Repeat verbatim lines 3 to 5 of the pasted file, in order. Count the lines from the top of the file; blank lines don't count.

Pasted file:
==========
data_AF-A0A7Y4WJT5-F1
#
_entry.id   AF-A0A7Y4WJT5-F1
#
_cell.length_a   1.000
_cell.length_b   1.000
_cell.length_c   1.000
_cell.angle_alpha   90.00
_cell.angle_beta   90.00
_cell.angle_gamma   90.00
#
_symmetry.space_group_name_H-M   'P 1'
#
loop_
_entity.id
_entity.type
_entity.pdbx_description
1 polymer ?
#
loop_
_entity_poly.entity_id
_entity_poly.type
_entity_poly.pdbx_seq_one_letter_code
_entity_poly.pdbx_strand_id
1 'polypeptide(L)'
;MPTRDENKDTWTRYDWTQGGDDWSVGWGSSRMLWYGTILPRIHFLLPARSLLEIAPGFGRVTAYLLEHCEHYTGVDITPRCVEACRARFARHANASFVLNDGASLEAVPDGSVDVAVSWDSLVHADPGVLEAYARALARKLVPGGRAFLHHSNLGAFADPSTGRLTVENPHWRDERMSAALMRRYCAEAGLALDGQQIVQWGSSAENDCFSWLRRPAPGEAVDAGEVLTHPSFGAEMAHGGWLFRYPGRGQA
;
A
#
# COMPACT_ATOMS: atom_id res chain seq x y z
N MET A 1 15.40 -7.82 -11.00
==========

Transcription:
_entry.id   AF-A0A7Y4WJT5-F1
#
_cell.length_a   1.000